© 2015 Cal Harben

in progress. Following the history of Marie Tharp, the first person, and woman, to create a complete topographical map of the ocean floor, helping to prove the theory of plate tectonics, this project layers together ideas of tracing, human geography, duration and movement.

When plate tectonics was first proposed, it was through the use of geopoetry to describe a (then) imagined geophysical occurrence. Plate tectonics is a poetics of variation, a slippage of surface, a transdimensional movement through time and space. It’s discovery in the 60s rocked a fixed understanding of a static earth, instead proposing a wandering of earth with the geological circular movement of matter. Within this reimagining of a fixed surface, one that is subsumed and consumed, continuously expelled and emerging, suddenly geologic time and space came into movement with our very being, the location of continents, boundaries and borders became temporal. Within plate tectonic theory, there exist three categories to describe the transient movement of large plates of the earth's lithosphere, seemingly floating and fluid.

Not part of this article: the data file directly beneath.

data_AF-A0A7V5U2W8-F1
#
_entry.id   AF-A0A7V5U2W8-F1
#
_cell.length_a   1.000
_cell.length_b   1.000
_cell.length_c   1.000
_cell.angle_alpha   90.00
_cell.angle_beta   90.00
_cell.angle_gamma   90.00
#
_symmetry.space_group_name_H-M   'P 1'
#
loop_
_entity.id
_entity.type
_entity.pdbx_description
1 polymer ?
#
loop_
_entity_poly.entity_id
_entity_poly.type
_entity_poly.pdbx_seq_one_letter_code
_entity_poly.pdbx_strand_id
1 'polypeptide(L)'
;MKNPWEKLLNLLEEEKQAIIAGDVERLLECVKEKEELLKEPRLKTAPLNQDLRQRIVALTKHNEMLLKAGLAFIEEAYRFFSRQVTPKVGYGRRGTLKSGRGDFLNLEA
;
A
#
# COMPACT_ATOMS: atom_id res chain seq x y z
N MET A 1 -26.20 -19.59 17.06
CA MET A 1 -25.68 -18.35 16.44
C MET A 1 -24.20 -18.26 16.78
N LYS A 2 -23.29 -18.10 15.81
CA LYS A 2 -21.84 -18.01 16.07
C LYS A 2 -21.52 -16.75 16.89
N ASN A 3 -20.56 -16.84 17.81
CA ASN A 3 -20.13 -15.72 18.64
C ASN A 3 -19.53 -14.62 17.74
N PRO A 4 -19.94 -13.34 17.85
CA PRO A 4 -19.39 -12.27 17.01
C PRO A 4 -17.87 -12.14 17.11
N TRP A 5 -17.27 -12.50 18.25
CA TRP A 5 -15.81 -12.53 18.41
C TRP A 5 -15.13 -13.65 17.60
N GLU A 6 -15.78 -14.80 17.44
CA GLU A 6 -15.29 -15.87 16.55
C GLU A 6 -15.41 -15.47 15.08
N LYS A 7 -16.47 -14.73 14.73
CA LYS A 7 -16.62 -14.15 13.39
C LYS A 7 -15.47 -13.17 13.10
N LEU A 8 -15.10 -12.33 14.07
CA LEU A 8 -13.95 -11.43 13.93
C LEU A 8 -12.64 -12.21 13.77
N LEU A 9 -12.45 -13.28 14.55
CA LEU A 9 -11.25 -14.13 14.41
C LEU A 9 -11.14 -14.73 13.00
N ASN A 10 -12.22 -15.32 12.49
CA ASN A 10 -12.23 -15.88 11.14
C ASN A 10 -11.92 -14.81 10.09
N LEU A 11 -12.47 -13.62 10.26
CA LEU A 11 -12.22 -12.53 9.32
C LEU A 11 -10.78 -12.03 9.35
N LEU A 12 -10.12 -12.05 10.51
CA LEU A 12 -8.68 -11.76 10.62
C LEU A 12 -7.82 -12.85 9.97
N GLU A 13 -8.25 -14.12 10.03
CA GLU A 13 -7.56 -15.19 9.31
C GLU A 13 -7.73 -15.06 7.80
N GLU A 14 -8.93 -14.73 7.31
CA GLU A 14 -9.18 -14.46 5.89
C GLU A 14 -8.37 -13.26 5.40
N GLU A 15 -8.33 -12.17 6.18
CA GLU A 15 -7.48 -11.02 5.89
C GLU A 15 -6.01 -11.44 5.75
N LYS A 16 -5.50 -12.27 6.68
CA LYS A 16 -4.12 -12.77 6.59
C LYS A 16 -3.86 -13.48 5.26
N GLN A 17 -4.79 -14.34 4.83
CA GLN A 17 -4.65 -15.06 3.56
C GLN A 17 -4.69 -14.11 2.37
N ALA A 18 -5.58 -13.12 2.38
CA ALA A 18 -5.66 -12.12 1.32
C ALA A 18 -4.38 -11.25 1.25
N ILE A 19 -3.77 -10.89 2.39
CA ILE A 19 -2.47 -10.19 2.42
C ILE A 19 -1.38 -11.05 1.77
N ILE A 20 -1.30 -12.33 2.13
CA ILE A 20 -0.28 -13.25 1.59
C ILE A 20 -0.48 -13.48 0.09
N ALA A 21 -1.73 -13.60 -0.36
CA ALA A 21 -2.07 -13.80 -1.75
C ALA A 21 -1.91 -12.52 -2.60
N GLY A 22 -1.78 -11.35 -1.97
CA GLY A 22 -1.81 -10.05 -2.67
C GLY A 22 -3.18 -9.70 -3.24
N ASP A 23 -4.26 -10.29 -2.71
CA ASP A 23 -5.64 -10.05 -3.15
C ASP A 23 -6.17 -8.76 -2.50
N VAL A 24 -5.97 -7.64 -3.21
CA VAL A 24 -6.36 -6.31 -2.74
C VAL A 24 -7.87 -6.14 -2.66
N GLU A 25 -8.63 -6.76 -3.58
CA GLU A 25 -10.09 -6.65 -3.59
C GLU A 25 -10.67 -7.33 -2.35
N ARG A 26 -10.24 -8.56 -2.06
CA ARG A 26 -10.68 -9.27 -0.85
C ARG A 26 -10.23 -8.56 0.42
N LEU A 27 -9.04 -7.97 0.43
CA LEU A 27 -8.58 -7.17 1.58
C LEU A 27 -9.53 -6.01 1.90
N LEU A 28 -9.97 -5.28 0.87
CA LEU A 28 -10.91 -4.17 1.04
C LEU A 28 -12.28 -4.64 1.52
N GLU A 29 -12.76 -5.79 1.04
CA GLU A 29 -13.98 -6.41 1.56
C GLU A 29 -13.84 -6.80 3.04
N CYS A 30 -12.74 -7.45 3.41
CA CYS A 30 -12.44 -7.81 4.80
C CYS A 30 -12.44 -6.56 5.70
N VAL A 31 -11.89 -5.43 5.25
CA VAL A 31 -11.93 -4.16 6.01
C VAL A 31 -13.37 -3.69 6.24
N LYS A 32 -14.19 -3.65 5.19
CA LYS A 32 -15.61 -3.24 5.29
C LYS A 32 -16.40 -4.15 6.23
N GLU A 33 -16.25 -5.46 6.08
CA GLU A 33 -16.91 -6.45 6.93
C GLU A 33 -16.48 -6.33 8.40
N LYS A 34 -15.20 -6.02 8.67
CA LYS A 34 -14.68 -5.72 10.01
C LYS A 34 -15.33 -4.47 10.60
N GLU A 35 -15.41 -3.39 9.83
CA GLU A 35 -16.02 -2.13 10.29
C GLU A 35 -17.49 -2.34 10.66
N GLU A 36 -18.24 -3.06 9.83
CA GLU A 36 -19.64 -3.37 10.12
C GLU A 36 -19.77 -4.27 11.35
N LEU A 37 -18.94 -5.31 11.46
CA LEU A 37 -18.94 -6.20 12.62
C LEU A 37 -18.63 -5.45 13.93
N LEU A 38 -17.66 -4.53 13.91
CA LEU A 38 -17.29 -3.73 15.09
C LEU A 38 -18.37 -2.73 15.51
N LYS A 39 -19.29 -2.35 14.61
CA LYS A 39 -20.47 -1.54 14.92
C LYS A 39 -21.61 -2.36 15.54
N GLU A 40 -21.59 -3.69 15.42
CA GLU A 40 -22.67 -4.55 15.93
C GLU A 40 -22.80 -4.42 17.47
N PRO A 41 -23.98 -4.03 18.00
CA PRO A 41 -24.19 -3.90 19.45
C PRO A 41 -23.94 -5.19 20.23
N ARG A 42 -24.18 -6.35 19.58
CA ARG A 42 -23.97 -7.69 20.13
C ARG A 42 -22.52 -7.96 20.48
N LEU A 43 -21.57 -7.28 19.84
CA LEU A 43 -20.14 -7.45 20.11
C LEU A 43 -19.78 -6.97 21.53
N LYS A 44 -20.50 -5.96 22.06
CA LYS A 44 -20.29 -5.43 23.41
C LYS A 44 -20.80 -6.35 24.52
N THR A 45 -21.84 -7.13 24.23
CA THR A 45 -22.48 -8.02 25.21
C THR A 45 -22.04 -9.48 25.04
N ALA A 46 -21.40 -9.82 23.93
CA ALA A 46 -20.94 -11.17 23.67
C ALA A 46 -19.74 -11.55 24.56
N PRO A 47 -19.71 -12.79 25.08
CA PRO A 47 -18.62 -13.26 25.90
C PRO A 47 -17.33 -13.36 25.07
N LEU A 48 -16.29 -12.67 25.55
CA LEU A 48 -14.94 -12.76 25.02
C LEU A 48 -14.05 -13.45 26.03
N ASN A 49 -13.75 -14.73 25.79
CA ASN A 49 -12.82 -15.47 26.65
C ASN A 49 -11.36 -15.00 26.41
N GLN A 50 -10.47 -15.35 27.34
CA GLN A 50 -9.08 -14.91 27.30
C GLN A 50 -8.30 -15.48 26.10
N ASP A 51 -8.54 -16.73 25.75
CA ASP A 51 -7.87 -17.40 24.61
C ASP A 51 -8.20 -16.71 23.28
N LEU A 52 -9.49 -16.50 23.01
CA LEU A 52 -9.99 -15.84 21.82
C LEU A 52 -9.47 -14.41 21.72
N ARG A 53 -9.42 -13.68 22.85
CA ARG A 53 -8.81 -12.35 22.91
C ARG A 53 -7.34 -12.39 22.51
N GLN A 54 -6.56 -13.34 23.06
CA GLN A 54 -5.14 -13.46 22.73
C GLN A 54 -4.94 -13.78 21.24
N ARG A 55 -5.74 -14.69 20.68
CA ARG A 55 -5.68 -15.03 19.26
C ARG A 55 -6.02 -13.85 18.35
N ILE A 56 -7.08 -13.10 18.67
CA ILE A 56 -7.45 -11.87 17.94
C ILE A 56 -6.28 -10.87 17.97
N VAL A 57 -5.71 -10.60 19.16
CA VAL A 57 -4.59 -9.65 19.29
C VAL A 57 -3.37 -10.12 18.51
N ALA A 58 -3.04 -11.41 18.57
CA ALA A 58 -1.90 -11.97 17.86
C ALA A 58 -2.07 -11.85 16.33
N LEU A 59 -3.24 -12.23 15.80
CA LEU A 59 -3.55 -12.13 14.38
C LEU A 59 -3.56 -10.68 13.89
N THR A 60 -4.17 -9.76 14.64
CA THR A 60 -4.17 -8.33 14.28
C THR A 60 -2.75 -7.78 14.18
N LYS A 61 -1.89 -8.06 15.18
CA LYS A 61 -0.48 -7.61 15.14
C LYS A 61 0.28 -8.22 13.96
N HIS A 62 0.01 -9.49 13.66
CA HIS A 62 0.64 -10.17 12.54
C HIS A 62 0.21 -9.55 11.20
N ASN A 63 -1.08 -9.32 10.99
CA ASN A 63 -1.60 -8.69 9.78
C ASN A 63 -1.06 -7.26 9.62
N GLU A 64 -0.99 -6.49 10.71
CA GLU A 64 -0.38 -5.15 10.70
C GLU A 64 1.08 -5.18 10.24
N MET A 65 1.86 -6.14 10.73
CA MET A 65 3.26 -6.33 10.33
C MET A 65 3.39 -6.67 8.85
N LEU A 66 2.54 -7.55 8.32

1. convergent, two or more plates that move towards
2. divergent, two or more plates that move away from
3. transformative, ones that slip against

The Map is (not) The Territory proposes a radical rethinking of the geologic categories of movement to interrogate notions of agency/collectivity and autonomy/morality, as they relate to temporalities of confrontation, exile and utopia. Using a visual language of mirroring, doubling and repeating, to extract a long-now model of time against a linear concept and path of time.

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watercolour on drafting vellum
reproduced print on transparent acetate of World Ocean Map (1977) by Marie Tharp
mounted and framed between two panes of glass
Installation photo from TSG: Fall To Pieces, Toronto (CA) 2015